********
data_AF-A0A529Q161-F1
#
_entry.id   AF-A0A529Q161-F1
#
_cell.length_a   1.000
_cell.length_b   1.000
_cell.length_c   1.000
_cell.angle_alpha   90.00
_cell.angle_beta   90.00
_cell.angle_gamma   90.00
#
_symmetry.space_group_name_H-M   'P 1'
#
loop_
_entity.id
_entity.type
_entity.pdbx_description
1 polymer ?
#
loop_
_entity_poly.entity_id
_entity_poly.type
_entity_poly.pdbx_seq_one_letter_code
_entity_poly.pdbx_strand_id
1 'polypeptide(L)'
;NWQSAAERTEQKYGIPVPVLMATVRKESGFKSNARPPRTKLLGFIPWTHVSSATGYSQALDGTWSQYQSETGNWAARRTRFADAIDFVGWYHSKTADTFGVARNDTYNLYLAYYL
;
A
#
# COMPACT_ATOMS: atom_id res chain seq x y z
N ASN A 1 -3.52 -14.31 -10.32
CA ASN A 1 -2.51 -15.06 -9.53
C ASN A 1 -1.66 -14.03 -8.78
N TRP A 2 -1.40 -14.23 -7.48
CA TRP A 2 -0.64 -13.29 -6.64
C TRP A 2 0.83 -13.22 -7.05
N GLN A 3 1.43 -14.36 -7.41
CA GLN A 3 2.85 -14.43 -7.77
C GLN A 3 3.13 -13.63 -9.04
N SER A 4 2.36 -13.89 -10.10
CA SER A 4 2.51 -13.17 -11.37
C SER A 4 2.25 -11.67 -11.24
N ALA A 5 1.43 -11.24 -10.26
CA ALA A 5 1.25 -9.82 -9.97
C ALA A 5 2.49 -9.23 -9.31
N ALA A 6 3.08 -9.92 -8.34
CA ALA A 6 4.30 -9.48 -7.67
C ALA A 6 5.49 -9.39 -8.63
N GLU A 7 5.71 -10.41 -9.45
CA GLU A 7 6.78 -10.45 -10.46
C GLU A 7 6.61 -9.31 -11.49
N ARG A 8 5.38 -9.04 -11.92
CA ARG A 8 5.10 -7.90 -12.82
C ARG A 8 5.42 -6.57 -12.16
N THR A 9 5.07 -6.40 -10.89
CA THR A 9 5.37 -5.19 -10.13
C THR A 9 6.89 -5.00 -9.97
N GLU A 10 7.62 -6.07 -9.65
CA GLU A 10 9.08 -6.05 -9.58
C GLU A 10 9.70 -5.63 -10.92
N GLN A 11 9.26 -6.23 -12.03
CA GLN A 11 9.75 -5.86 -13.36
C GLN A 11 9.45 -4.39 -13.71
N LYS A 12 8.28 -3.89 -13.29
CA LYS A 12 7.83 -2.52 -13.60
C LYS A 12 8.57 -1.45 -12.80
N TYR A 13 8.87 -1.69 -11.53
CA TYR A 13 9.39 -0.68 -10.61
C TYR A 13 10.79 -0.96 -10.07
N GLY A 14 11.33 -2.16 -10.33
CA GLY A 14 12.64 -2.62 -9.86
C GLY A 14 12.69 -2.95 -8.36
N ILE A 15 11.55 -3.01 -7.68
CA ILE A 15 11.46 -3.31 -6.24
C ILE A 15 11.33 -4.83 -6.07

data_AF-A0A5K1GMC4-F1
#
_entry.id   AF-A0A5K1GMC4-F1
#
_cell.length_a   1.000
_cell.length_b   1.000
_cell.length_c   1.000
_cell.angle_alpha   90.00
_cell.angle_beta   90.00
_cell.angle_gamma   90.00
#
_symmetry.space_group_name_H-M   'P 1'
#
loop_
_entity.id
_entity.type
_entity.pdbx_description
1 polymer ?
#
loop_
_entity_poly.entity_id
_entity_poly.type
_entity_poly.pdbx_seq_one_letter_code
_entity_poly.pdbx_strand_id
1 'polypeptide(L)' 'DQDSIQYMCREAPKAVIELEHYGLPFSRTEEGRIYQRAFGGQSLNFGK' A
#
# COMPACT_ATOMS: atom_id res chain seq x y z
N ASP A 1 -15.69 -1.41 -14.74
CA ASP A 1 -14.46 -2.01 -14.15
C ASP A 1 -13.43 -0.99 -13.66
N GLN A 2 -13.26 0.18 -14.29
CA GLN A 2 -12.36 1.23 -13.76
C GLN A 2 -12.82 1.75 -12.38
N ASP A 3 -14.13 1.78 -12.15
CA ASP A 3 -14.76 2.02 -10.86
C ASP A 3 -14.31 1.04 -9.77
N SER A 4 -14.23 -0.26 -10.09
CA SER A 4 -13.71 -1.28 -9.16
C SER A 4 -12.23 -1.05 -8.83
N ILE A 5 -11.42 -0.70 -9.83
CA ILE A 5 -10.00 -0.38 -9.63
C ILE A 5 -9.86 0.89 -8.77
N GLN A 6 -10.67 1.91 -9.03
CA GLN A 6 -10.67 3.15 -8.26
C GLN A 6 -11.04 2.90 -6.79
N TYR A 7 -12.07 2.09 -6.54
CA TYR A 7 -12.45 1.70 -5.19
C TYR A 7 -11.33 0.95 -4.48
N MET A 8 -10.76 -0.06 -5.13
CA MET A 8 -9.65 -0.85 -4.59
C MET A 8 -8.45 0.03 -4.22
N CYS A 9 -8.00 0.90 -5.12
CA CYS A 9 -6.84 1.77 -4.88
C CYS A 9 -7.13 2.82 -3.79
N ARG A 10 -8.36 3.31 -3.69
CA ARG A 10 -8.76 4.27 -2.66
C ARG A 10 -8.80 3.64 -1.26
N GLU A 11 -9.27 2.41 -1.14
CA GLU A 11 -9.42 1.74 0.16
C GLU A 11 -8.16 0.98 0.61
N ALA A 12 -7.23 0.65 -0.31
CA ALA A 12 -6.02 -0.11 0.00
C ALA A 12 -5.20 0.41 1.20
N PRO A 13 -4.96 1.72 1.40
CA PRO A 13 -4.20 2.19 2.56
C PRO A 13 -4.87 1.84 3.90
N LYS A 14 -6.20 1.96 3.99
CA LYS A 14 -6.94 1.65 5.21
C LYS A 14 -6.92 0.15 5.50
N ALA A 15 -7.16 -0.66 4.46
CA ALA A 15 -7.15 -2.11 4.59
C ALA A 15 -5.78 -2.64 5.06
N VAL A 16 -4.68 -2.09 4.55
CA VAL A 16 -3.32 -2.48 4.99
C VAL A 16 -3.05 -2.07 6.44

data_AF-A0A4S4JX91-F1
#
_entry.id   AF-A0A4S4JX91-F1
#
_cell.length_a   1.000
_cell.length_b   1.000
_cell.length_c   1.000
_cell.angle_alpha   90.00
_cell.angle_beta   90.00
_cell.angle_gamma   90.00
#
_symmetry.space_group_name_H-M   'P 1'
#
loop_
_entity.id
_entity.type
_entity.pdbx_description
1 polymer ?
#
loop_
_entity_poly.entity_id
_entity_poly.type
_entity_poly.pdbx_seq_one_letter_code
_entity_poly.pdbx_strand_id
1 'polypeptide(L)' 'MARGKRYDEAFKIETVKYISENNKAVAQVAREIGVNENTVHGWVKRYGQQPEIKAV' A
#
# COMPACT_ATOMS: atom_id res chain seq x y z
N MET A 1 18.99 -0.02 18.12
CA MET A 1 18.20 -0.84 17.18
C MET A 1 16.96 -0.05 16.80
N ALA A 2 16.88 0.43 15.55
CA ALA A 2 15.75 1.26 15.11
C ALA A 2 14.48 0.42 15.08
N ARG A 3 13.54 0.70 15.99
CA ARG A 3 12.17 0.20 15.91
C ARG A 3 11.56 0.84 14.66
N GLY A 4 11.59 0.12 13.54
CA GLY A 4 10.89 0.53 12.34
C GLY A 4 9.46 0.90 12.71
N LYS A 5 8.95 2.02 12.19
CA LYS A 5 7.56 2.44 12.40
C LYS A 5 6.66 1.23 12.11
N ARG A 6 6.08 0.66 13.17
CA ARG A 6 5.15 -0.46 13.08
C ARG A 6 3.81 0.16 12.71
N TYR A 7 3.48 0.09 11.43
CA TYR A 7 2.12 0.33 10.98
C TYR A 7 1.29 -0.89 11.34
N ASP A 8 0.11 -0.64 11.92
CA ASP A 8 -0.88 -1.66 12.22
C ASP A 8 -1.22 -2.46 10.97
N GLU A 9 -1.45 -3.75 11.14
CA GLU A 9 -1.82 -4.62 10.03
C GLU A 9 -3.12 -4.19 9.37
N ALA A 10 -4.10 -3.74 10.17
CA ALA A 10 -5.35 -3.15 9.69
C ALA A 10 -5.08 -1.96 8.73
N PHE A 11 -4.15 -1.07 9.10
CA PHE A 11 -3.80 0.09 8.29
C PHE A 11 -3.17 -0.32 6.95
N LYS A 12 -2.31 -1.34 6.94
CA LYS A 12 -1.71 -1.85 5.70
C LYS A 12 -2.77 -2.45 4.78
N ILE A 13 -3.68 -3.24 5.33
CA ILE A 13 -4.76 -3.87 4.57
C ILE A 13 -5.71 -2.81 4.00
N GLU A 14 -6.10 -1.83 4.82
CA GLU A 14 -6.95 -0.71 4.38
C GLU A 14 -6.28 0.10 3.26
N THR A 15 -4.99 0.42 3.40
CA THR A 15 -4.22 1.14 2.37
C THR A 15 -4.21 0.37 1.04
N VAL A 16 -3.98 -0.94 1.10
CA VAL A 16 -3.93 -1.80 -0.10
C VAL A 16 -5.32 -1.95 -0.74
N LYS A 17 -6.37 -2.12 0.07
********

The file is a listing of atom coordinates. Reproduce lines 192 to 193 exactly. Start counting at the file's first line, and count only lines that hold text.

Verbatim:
C LYS A 5 6.66 1.23 12.11
N ARG A 6 6.08 0.66 13.17